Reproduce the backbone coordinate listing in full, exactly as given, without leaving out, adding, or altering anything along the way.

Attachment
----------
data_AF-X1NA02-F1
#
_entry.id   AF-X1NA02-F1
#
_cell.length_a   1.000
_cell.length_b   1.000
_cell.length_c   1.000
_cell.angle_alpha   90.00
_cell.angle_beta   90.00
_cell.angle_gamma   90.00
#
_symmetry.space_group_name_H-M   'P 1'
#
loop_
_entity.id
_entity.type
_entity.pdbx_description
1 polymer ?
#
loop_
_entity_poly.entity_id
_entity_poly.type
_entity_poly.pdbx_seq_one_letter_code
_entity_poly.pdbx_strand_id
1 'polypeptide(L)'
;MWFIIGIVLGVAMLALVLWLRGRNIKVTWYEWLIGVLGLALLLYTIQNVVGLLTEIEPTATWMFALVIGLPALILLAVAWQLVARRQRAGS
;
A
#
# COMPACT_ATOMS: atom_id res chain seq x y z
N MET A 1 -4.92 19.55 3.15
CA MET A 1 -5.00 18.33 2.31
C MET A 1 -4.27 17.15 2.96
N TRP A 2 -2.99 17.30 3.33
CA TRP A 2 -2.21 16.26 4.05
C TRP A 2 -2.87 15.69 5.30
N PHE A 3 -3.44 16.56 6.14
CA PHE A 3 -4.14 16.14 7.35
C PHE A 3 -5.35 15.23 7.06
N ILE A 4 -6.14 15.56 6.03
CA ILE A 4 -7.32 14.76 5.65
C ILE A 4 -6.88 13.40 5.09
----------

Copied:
data_AF-X1NA02-F1
#
_entry.id   AF-X1NA02-F1
#
_cell.length_a   1.000
_cell.length_b   1.000
_cell.length_c   1.000
_cell.angle_alpha   90.00
_cell.angle_beta   90.00
_cell.angle_gamma   90.00
#
_symmetry.space_group_name_H-M   'P 1'
#
loop_
_entity.id
_entity.type
_entity.pdbx_description
1 polymer ?
#
loop_
_entity_poly.entity_id
_entity_poly.type
_entity_poly.pdbx_seq_one_letter_code
_entity_poly.pdbx_strand_id
1 'polypeptide(L)'
;MWFIIGIVLGVAMLALVLWLRGRNIKVTWYEWLIGVLGLALLLYTIQNVVGLLTEIEPTATWMFALVIGLPALILLAVAWQLVARRQRAGS
;
A
#
# COMPACT_ATOMS: atom_id res chain seq x y z
N MET A 1 -4.92 19.55 3.15
CA MET A 1 -5.00 18.33 2.31
C MET A 1 -4.27 17.15 2.96
N TRP A 2 -2.99 17.30 3.33
CA TRP A 2 -2.21 16.26 4.05
C TRP A 2 -2.87 15.69 5.30
N PHE A 3 -3.44 16.56 6.14
CA PHE A 3 -4.14 16.14 7.35
C PHE A 3 -5.35 15.23 7.06
N ILE A 4 -6.14 15.56 6.03
CA ILE A 4 -7.32 14.76 5.65
C ILE A 4 -6.88 13.40 5.09